RAMALLAH, West Bank — Fatah has agreed to an Egyptian proposal for the two main Palestinian factions to separately sign a long-delayed unity deal by October 15, a senior party official said on Tuesday.
But relations between the group and its Islamist Hamas rivals remain toxic, with Palestinian president Mahmud Abbas, the head of Fatah, accusing Hamas of stalling the talks and trying to preserve its "black coup" in the Gaza Strip.
Abbas again accused the Islamist group of using a dispute over a UN report into the Gaza war to try derail the unity talks but said that Fatah would "stay with the Egyptian reconciliation process until the last minute."
"We know (Hamas) are looking for any excuse. This is not the first time they have disagreed about the dialogue, and now they are doing so with the excuse of the Goldstone report," Abbas said in a speech in the West Bank town of Jenin.
"They don't want to go to Egypt, they don't want to bring about national unity and they don't want to turn back from their black coup," he said.
Abbas went on to accuse Hamas leaders of fleeing during Israel's assault on Gaza at the turn of the year, which killed some 1,400 Palestinians and 13 Israelis and left vast swathes of the impoverished territory in ruins.
"Hamas leaders, and I am saying this for the first time, fled to Sinai in ambulances and left their people to be slaughtered," he said.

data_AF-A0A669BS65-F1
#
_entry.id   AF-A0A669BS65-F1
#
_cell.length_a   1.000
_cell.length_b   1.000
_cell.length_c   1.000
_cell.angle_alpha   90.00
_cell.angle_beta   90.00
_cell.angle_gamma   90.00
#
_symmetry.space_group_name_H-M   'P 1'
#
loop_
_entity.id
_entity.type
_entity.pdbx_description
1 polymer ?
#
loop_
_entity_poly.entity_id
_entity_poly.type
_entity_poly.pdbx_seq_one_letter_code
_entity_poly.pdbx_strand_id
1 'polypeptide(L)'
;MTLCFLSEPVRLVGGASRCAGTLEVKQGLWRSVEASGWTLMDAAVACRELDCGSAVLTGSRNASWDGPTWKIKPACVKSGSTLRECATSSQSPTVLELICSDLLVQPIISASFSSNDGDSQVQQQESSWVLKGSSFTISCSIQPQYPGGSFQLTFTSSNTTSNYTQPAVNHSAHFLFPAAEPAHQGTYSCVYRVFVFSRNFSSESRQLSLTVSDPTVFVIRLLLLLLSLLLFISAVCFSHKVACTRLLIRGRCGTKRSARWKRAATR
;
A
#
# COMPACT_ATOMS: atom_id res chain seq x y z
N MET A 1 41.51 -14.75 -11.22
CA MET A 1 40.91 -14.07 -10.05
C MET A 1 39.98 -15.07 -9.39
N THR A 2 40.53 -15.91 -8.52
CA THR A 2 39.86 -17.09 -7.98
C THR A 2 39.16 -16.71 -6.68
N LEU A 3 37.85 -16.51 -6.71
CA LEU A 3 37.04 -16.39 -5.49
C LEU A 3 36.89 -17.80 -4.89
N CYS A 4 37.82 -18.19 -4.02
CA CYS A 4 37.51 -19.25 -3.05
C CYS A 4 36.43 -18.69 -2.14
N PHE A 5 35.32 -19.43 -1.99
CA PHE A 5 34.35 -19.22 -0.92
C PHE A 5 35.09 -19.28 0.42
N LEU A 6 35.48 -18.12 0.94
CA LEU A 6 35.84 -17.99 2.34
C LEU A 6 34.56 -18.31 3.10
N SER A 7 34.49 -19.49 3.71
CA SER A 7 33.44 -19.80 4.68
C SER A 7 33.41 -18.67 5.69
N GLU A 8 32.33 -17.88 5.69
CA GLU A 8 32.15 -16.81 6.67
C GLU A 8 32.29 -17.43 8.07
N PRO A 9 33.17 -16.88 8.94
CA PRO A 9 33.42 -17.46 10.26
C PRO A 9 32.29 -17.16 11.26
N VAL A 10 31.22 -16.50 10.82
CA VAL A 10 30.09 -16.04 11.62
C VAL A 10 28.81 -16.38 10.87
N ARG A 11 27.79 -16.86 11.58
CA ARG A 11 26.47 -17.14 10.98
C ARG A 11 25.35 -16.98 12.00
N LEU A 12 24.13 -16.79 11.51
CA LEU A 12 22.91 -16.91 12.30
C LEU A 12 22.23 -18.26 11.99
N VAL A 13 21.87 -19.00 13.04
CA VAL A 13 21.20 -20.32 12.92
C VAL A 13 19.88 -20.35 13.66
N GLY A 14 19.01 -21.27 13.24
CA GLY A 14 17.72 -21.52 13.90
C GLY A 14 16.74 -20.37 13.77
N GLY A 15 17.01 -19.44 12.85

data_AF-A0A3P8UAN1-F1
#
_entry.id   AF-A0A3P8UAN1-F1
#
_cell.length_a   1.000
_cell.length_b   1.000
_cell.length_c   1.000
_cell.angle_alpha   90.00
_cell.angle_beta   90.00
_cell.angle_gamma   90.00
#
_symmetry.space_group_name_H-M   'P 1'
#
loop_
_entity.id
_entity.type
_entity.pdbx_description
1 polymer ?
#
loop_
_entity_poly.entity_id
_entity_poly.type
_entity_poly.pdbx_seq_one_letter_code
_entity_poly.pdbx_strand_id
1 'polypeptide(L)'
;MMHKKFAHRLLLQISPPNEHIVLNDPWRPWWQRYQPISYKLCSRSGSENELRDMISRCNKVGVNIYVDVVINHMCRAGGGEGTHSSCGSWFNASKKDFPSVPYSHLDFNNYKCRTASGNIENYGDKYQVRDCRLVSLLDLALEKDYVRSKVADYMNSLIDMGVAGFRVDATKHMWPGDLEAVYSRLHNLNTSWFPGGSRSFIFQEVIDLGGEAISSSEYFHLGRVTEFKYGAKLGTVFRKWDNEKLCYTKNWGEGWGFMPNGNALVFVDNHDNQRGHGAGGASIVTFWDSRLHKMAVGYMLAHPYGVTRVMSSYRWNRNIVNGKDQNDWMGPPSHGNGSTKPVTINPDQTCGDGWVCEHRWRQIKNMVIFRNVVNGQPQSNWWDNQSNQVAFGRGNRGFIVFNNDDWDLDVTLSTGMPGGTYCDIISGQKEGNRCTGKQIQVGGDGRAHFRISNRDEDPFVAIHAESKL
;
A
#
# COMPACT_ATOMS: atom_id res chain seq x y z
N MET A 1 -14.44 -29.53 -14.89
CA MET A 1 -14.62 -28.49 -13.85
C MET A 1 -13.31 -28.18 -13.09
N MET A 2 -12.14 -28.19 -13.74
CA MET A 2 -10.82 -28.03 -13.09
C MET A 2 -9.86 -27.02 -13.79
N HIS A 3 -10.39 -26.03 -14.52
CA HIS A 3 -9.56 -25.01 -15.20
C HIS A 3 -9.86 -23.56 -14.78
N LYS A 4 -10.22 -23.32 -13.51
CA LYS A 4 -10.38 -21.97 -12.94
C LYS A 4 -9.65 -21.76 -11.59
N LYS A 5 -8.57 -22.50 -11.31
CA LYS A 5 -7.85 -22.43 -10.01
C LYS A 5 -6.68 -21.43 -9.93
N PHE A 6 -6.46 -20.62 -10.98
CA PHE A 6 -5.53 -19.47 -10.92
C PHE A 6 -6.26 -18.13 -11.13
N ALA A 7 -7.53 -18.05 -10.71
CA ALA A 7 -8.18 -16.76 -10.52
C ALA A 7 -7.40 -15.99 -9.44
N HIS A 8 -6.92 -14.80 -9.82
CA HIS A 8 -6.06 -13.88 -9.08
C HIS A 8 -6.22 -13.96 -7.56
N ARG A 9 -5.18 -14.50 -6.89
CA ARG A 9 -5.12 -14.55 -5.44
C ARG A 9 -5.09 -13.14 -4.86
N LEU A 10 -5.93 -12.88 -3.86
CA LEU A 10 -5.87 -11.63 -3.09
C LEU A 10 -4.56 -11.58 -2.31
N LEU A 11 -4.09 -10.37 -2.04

Fatah officials had earlier said that they would send a delegation to Egypt to sign onto the agreement and said that Cairo had given Hamas 48 hours to present its final response to the written agreement.
Hamas would not immediately comment on the report.
Egypt had announced last week that the rivals would sign the unity deal in Cairo on October 25-26.
But Hamas has asked for a postponement because of Abbas's controversial decision to support deferring a vote on a Gaza war report at the UN Human Rights Council.
The damning report into the three-week-long war at the turn of the year, authored by former international war crimes prosecutor Richard Goldstone, accused both Israel and Palestinian militants of war crimes.
According to the latest Egyptian proposal, Fatah and Hamas would separately sign a unity deal by October 15 and the rest of the Palestinian factions would sign on by October 20.
An official ceremony in Cairo would be postponed until after the Muslim holiday of Eid al-Adha in late November-early December.
Fatah and Hamas have increasingly been at odds since January 2006, when the Islamists routed the long-dominant secular party in Palestinian parliamentary elections.
The two parties signed a reconciliation deal in Saudi Arabia in February 2007 after months of escalating tensions dissolved into deadly Gaza street clashes.
But the tensions boiled over again, and a week of deadly street battles ended with Hamas routing pro-Fatah forces from Gaza in June 2007, effectively cleaving the Palestinians into separate rival entities.
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